A pay-per-click advertiser has no grounds to revive claims that Google misrepresented the effectiveness of its click-fraud detection system, the company says in new court papers.
Google's papers, filed Wednesday with the 9th Circuit Court of Appeals, come in response to arguments by business owner Gurminder Singh, who is attempting to proceed with a lawsuit against the company.
Google argues that the trial judge correctly dismissed Singh's lawsuit on the grounds that his allegations -- even if taken as true -- wouldn't establish that he was charged for invalid clicks.
“Singh’s complaint does not allege that he was ever charged for any invalid clicks, much less charged for such clicks at a rate that exceeds what he contends Google’s statements guaranteed,” Google writes.
The battle dates to 2016, when Singh sued Google over alleged click fraud on its display network -- including Blogger, YouTube and other sites that show pay-per-click ads. Singh said that starting in 2016, he noticed "anomalous click patterns" that suggested fraud.
He elaborated in subsequent court documents that he engaged an outside firm to analyze data and determine whether he was billed for invalid clicks, including clicks by bots. Singh said the firm found at least 50 “seemingly fraudulent” clicks, but couldn't determine whether he was charged for them, according to the court papers.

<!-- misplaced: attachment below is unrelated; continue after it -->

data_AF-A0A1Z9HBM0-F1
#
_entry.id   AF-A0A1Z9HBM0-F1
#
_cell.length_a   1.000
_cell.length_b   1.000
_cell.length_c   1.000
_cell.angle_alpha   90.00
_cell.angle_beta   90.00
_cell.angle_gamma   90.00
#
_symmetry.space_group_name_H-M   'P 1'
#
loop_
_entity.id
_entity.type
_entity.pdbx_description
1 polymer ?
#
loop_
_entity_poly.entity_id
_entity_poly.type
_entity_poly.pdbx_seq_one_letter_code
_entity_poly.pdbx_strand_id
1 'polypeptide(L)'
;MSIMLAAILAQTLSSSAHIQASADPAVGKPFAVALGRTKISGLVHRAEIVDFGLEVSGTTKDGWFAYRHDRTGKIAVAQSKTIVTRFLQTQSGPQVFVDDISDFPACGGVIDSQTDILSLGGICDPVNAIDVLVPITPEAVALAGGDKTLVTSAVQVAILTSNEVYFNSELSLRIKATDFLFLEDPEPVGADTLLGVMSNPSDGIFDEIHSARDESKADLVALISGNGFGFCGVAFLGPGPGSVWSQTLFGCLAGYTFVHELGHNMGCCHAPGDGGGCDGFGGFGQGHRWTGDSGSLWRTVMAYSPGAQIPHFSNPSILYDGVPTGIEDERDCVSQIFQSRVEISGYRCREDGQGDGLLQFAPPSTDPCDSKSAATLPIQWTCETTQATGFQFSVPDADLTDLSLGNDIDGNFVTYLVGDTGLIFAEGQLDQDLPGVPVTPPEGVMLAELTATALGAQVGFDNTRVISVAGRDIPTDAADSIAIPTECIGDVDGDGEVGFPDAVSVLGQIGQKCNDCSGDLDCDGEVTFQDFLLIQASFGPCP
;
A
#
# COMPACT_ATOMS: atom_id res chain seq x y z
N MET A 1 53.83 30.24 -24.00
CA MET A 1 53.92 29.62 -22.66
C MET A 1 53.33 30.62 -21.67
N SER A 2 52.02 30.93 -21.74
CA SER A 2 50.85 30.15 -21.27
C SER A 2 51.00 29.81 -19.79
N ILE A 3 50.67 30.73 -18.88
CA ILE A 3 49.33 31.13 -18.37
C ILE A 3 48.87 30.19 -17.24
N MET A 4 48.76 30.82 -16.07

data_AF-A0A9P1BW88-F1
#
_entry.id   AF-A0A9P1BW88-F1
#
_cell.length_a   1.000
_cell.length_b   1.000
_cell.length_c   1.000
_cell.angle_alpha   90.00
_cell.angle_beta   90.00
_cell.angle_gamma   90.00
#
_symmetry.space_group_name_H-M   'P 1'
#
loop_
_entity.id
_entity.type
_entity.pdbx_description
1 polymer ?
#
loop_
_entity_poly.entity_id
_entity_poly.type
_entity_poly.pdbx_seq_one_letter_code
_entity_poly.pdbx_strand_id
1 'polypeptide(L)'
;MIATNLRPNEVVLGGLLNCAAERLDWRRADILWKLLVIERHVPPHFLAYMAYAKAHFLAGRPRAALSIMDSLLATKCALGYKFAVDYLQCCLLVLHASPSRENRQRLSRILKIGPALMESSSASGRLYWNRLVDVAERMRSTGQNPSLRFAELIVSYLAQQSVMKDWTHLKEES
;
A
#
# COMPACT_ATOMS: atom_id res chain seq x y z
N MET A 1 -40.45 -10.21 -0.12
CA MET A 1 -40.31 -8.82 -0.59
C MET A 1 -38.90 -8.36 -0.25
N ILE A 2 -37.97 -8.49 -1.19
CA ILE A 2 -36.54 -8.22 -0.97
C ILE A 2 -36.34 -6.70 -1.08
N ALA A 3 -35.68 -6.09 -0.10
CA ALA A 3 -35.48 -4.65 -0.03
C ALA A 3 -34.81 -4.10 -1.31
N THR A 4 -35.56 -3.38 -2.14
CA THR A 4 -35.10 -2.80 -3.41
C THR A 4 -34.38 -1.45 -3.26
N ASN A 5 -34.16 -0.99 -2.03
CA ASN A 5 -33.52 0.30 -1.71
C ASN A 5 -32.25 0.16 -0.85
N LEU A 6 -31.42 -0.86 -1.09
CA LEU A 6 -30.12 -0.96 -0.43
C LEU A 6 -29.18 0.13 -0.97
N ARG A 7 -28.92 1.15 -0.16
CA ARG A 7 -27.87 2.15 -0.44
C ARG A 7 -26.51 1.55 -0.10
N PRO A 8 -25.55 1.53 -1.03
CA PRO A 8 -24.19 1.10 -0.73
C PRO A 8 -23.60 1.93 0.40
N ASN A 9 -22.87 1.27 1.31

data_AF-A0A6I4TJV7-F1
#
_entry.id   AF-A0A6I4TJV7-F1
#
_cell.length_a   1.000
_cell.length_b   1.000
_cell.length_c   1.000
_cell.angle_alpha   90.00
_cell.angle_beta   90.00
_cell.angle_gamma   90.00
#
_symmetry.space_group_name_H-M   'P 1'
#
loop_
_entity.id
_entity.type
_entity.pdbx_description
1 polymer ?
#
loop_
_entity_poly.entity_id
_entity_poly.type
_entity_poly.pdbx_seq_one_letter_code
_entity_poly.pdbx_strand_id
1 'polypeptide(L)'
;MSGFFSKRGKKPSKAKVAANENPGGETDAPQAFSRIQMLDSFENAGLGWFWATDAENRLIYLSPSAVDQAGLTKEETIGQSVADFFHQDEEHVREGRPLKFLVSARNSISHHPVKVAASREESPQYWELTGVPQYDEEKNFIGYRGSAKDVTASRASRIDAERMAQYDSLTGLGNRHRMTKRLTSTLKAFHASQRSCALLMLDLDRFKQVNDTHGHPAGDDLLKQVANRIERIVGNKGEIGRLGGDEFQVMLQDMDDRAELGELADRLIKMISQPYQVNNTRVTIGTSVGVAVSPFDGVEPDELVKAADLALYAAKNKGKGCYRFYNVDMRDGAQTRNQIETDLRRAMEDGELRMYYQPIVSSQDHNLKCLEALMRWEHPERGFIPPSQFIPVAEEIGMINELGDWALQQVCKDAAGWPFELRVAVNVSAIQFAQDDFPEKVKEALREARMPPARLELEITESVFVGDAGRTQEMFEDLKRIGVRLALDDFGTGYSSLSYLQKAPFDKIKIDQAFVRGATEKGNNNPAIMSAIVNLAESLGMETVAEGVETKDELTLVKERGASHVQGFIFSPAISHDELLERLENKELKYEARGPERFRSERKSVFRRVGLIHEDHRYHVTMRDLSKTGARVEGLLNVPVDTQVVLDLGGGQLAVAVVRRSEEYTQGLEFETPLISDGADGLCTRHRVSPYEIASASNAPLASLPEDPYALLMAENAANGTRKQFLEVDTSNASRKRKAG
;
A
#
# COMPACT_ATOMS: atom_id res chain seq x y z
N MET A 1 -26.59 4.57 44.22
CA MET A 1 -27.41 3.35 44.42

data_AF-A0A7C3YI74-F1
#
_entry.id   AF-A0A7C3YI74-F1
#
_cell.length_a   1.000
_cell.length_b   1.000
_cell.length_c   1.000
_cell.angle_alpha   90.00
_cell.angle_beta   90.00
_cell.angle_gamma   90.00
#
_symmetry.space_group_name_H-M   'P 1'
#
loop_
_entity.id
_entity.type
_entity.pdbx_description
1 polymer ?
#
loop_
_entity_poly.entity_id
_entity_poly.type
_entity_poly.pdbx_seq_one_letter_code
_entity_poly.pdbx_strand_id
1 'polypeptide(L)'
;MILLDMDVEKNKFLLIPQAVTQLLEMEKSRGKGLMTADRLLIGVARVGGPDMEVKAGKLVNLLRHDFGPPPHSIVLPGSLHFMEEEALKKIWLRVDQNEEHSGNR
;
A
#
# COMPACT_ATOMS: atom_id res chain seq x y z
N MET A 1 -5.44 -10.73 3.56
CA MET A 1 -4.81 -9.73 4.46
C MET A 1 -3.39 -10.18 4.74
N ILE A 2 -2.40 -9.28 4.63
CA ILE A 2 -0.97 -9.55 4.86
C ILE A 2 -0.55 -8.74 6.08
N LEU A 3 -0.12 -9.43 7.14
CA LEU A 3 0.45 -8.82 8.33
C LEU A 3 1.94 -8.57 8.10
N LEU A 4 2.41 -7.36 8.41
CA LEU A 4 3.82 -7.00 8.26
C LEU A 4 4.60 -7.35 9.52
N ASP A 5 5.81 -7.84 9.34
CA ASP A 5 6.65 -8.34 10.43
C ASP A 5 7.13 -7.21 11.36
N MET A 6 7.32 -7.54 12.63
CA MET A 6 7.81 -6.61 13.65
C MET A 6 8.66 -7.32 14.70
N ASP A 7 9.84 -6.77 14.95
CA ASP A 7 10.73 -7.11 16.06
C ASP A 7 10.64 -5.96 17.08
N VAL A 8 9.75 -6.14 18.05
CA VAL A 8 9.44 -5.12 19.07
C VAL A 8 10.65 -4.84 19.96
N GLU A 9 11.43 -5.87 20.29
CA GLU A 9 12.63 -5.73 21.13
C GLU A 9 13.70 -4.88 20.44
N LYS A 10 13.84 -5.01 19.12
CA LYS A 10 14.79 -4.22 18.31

U.S. District Court Judge Beth Labson Freeman threw out the suit, ruling that Singh couldn't show he had been injured by the alleged click fraud.
He recently asked the 9th Circuit to reinstate his complaint. He argues that Google's representations induced him to use AdWords by leading him to believe the platform would “generate the generate the highest rate of 'real human' interactions.”
Google is now asking the appellate court to reject Singh's request.
“After giving Singh four chances to amend his complaint, the district court dismissed Singh’s claims with prejudice,” Google writes. “That decision was correct.”
The company also denies that it overstates the effectiveness of its system for filtering out invalid clicks. “For as long as Singh has used AdWords, Google has been transparent with advertisers that invalid clicks may happen and may make their way past Google’s filters,” the company writes.